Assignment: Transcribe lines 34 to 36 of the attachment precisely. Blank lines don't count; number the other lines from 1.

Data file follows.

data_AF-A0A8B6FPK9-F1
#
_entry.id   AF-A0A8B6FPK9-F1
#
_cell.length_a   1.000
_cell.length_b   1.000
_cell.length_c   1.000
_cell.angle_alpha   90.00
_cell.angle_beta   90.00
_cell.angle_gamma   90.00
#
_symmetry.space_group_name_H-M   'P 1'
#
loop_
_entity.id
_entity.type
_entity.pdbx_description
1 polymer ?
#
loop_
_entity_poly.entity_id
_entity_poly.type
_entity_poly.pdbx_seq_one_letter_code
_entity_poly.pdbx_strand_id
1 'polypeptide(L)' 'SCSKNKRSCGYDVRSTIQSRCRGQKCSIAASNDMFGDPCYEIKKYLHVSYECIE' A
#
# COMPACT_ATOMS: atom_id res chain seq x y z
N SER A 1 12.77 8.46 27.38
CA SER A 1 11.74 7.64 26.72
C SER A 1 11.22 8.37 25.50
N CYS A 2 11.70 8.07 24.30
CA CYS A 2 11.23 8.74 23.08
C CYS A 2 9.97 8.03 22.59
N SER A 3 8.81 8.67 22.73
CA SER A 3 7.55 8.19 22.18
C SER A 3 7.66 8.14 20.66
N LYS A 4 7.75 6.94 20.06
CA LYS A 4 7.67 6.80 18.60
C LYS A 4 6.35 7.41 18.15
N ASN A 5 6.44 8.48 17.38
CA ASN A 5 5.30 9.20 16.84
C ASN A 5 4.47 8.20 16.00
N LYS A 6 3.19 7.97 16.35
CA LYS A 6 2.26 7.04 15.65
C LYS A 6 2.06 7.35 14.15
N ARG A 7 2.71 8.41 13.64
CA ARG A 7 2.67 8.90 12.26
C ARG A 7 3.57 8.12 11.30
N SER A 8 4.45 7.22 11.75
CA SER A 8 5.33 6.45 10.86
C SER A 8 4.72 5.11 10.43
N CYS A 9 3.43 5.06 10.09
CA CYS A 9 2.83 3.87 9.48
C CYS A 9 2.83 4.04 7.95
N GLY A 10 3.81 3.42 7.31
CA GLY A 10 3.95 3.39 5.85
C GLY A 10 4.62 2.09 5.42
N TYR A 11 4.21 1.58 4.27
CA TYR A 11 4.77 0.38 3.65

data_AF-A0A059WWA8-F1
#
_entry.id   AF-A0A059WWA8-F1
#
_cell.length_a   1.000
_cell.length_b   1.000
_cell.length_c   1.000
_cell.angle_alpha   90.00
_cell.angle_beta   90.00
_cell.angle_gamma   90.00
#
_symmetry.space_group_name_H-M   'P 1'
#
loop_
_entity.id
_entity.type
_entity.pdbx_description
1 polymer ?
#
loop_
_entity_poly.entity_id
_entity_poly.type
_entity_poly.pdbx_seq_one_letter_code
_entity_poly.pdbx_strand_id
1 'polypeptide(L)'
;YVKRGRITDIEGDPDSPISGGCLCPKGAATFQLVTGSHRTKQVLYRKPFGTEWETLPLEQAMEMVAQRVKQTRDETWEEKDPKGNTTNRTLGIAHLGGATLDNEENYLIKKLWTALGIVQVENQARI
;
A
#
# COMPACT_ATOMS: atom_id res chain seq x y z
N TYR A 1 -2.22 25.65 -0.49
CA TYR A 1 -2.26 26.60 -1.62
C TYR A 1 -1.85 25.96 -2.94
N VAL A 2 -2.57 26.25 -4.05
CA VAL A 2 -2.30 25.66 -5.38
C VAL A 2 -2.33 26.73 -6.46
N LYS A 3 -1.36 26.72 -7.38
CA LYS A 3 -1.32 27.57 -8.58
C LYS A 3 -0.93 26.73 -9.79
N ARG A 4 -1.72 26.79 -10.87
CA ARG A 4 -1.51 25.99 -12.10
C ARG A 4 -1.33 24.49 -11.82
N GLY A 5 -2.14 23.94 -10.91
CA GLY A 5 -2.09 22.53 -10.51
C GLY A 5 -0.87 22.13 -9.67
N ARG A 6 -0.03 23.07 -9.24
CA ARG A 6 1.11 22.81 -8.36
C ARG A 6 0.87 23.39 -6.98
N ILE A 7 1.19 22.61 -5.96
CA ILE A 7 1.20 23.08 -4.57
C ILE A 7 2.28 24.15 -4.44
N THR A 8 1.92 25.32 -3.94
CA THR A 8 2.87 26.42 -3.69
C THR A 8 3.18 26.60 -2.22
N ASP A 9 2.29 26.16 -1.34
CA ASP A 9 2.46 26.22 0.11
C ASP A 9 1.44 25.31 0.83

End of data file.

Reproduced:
N SER A 3 8.81 8.67 22.73
CA SER A 3 7.55 8.19 22.18
C SER A 3 7.66 8.14 20.66